WORDS: Alex Caslano
When Optimo describe NOO as “21st Century Disco Sensations”, you better believe they mean it. Arriving in Glasgow to perform at Optimo’s ever-extravagant Hogmanay bash next week, the curious, funk-fuelled duo of Sami Liuski (Bangkok Impact, Putsch 79) and Daze Dasen (Plastique De Rêve) have tailored a sound which is so irresistibly danceable that it could easily be beamed directly from the dancefloor of Studio 54. Based on the reasoning behind their name, that may well true. “We called ourselves NOO because we imagined something like the disco ‘Noosphere’, a place where the sum total of all electronic dance music was stored which we could channel and then remodel to our liking” says Dasen. “Influences are many and cover a very wide range…Gino Soccio, Larry Levan, cosmic, boogie, breakdance…even later things like Daft Punk and Jedi Knights” continues Liuski.
If the “Disco Noosphere” really exists, then Dasen and Liuski have certainly discovered an untapped and bountiful resource. With two sell out EPs on the Optimo Music Disco Plate series, their productions have a magic, nostalgic appeal, spiraling from past to present. Press play on ‘Must Be The Music’, a ten minute dancefloor epic with lush keys, classic strings and a breakdown straight from 1980’s New York and you can certainly appreciate their sphere of influence. ‘Heaven’s Gate’, meanwhile, incorporates psychedelic synths and a spoken word sample proclaiming “planet earth about to be recycled, your only chance to survive is to leave with us”. Performing these tracks for the first time live at Optimo Hogmanay, there’s no telling what might happen – maybe they’ll rip the musical space-time continuum and we’ll all enter the Noosphere never to return. If that does happen, at least we’ll be dancing.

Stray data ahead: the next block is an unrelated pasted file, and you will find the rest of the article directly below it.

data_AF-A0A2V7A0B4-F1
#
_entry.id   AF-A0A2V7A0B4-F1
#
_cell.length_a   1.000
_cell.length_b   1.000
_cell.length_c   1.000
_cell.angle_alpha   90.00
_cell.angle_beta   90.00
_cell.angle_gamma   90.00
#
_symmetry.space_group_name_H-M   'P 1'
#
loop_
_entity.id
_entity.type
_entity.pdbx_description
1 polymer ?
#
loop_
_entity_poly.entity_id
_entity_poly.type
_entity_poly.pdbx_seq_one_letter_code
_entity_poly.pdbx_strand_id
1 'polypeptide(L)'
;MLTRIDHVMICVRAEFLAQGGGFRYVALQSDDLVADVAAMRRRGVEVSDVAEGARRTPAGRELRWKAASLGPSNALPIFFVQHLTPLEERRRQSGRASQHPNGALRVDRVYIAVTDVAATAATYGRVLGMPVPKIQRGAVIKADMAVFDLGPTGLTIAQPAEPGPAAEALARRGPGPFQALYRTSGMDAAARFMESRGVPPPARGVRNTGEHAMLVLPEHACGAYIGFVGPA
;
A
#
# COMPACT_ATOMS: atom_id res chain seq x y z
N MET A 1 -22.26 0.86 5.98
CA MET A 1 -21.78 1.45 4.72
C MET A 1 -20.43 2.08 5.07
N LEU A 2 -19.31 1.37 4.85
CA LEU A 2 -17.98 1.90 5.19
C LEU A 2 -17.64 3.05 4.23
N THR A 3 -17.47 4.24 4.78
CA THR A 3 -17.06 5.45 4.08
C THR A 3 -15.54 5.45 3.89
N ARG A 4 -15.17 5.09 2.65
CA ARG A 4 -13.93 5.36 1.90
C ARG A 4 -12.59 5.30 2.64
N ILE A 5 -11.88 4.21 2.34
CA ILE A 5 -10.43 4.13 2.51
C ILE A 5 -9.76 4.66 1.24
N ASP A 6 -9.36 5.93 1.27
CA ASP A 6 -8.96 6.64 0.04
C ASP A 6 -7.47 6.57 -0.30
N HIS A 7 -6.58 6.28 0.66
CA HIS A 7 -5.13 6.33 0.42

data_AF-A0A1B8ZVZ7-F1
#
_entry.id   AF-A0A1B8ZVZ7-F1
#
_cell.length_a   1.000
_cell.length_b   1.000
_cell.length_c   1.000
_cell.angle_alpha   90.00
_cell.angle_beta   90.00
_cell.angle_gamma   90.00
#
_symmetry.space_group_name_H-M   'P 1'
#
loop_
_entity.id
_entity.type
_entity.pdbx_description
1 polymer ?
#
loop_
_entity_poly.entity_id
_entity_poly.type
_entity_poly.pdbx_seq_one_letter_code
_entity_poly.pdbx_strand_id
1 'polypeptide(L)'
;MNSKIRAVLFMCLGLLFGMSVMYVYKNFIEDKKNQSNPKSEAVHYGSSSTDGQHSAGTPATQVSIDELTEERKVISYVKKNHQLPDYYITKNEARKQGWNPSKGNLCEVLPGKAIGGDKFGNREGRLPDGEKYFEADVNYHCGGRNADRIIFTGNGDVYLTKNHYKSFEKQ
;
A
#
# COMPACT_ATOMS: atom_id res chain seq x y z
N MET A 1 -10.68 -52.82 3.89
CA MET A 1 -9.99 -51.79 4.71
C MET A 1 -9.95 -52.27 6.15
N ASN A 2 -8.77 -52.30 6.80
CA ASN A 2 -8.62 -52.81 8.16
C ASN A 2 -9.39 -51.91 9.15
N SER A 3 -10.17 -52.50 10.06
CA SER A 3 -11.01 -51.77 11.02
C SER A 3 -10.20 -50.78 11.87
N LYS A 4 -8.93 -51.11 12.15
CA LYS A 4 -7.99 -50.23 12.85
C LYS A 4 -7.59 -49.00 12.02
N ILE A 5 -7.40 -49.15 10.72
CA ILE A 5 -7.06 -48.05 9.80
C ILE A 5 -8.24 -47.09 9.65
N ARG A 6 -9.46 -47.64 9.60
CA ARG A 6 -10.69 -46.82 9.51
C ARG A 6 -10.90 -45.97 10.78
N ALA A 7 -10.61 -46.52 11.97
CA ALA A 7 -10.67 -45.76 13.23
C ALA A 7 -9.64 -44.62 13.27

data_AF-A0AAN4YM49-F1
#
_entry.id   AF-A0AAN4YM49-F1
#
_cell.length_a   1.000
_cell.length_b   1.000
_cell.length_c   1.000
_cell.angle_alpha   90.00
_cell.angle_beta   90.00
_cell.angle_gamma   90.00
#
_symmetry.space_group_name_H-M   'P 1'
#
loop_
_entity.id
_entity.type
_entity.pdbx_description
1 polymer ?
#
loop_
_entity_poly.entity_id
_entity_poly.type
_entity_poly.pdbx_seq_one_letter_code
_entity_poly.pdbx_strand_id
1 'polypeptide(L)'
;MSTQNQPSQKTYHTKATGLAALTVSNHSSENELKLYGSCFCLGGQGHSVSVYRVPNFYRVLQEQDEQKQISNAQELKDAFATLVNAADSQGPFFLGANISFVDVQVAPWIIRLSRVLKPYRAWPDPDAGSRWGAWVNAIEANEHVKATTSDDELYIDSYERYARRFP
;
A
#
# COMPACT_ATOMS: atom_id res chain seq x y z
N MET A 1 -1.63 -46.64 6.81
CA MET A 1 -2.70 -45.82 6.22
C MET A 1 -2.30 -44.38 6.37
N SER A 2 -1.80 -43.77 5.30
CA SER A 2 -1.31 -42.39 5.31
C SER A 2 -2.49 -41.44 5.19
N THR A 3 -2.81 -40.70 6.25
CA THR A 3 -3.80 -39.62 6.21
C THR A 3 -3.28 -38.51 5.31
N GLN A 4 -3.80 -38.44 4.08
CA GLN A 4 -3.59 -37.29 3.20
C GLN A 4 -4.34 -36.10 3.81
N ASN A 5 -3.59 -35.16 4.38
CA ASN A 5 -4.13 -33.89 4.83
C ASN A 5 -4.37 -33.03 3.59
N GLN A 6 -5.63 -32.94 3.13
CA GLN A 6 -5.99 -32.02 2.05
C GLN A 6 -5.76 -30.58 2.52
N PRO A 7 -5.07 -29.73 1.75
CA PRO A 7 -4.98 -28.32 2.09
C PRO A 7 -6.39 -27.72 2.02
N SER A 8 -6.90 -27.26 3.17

Listen to both EPs NOO have produced for Optimo Music below and check out our full interview in which we talk samples, influences and what we can expect from their debut live show:
SynthGlasgow: We only just discovered NOO, but you’ll be delighted to hear that your EPs have been on heavy rotation ever since. How did you both meet and what inspired you to start producing music together?
Sami: Great to hear that, thanks! We’ve been really thrilled by the response to these first EPs. And the next one is coming out pretty soon!